How to apply for a job abroad

Posted by:
August 14, 2021
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Although life hasn’t entirely returned to our pre-pandemic ‘normal’, mobility is improving. Those who were dreaming of their expat life are starting to make plans again, and gap-year students and young professionals are also getting itchy feet. So if holidays aren’t your only reason to get on a plane or train, where do you start to look for a job abroad?

You already know that languages are our bread and butter — we know that speaking a foreign language boosts your career opportunities at home and beyond the UK. That’s why besides helping students, we also offer business language classes and advice for professionals who work with or in foreign countries.

So let’s say that you’re decided to work in your dream destination (after-work drinks at the beach in the Canaries, anyone?) but have no job offer yet, how can you send off an attention-grabbing application from the UK? We’re here to help you out.

Where to search for jobs abroad

The process to find a job outside the UK is similar to what you’re used to back home, but you may need to do some extra research to know where to look. Here are some tips:

  • The online world beyond LinkedIn. LinkedIn should always be your starting point (and you should translate your profile into your target language!) but there’s a world of platforms beyond the famous professional networking space. If UK companies advertise on Monster, for example, Spanish employers prefer Indeed, while 59% of the French opt for

  • Networking is key. If you think that you don’t know anyone who can help you, you’re probably wrong. If you’re looking for a job in your field, ask your university professors and your colleagues whether they know of relevant people and organisations in your target country. If you’re switching careers, cast your net wider and ask your language tutor, friends, and family to help you out.

    Conventions, conferences, and workshops in your desired field are also a great chance to meet people who may have connections abroad, and LinkedIn is a brilliant place to find relevant contacts who publish useful content and job ads.

  • Know your industry. Each field plays by slightly different rules. Tech jobs are advertised online (there are even special websites entirely dedicated to marketing, design, or developer positions, for example.) Government jobs should be looked for, no surprise, on official foreign government and administration websites. The NGO world has its own list of international platforms, such as Devex and Reliefweb.

How to write a compelling CV for a job abroad

Again, research makes a world of difference between a successful resume and one that gets chucked in the bin. You should familiarise yourself with:

  1. The field you wish to work in. If software developers can get away with an English CV pretty much anywhere, the majority of industries requires a curriculum written in the local language. While office staff usually apply with a traditional CV, creative professions require a portfolio, and academics must include a dedicated section with their research and publications.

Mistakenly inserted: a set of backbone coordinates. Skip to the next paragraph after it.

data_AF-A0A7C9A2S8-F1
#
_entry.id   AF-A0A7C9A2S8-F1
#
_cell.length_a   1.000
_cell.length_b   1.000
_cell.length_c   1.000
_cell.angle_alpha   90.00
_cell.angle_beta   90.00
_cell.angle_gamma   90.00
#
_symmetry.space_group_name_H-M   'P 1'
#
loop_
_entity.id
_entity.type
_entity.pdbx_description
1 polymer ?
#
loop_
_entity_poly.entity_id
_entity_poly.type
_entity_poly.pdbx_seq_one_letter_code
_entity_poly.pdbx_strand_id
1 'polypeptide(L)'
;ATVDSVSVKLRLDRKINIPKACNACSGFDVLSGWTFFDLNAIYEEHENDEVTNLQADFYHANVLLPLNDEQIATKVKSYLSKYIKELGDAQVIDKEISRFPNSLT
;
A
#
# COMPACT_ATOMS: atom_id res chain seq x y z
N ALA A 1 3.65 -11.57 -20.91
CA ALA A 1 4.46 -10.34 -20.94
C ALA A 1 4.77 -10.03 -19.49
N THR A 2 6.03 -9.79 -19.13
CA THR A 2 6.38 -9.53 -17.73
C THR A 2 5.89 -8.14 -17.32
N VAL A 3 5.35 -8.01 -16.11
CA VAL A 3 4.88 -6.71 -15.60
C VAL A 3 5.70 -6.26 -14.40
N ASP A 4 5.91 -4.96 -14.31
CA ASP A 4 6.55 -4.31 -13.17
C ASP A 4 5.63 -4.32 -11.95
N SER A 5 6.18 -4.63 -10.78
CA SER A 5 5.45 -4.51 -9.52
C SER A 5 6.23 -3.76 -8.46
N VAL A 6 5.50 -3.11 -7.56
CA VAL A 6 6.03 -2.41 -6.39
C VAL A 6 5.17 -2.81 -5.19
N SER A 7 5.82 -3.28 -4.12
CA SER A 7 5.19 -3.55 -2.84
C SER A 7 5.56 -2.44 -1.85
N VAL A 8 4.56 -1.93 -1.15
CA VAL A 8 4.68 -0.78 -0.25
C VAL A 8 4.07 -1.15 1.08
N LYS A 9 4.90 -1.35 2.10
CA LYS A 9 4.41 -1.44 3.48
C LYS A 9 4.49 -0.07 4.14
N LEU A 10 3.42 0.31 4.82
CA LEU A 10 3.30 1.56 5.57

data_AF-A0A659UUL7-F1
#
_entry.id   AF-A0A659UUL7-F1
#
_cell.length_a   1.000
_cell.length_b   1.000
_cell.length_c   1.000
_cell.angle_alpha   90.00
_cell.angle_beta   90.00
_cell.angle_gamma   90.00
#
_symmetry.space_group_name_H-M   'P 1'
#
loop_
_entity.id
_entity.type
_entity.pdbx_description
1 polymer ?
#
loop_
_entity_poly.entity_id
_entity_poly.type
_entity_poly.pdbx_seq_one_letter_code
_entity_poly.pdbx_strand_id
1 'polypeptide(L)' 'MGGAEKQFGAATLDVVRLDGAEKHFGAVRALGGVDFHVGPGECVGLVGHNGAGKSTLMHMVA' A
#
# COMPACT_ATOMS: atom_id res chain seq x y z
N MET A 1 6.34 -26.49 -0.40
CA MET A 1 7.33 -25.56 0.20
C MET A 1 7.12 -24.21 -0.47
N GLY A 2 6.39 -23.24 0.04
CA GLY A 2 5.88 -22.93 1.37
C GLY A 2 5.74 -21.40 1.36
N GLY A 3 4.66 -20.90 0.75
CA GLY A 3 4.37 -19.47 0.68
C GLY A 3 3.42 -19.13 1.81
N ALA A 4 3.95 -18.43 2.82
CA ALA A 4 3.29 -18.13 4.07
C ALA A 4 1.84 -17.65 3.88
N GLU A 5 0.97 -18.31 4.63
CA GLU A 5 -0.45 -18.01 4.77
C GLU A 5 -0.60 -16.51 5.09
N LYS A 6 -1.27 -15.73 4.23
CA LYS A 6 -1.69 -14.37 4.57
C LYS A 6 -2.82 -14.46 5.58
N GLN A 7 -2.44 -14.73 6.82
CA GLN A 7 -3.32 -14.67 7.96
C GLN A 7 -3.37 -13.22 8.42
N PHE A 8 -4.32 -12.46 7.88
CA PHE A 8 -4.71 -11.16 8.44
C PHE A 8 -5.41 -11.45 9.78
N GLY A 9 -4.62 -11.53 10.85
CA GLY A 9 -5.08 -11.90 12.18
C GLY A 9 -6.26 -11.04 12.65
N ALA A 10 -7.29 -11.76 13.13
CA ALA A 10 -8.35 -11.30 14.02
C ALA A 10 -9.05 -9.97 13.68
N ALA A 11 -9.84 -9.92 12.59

2. The format that is preferred in your target country. Should you include a picture in your Italian CV? How long should a Spanish curriculum be? Do you talk about your hobbies in a German resume? Do you have to use the Europass format in France?
  3. The company you’re applying for. This is perhaps the most crucial part. It doesn’t matter whether the rest of Portugal in your field uses the Europass CV if the company you’re applying for wants a portfolio. Read the job posting carefully and make sure to follow the instructions.

In general, no matter the language you’re writing in, your CV should be short and easy to read. Cut all the fluff and write short sentences and paragraphs. If you can, use bulleted lists and other elements that make it easier to find relevant information. Recruiters all over the world receive tons of applications and can only dedicate a few seconds to each CV.

Once you’re done writing your CV, have it proofread by a friend or colleague you trust, or a tutor. 

Should I include a cover letter with my application abroad?

Again, this depends on the specific application. Many companies will clearly state whether they require a cover letter in the job listing. 

If you decide to write one, make sure that it doesn’t simply repeat the content of the CV and take advantage of the extra space to discuss what makes you unique for this position and the reason(s) why you’re applying for the job and this company specifically.

How to prepare for a job interview with a foreign company

Here are the top tips to arrive prepared for a job interview abroad:

  1. Confirm whether the interview will be in English or/and in the local language. Ask your language tutor to help you prepare with mock interviews
  2. Research the company and the job position thoroughly
  3. Make sure you know who’s interviewing you and their role in the company
  4. Prepare some questions that will give you an idea of the organisation’s culture and goals

Ready to move? Contact our business language experts and write an irresistible application.


Can you find a job abroad from the UK?

Absolutely. Plenty of companies and organisations nowadays complete the recruiting process entirely online or only require applicants to travel for the last interview. If this is the case, you can ask to be given plenty of notice and whether they offer to cover the expenses.

Do you need to speak Spanish to find a job in Spain?

Yes and no. For some positions, it may be possible to secure a job even though you don’t speak the language. However, the vast majority of companies require applicants to speak at least basic Spanish to be able to communicate with their colleagues. Moreover, your life as an expat will be much easier, fuller, and more fun if you speak the local language.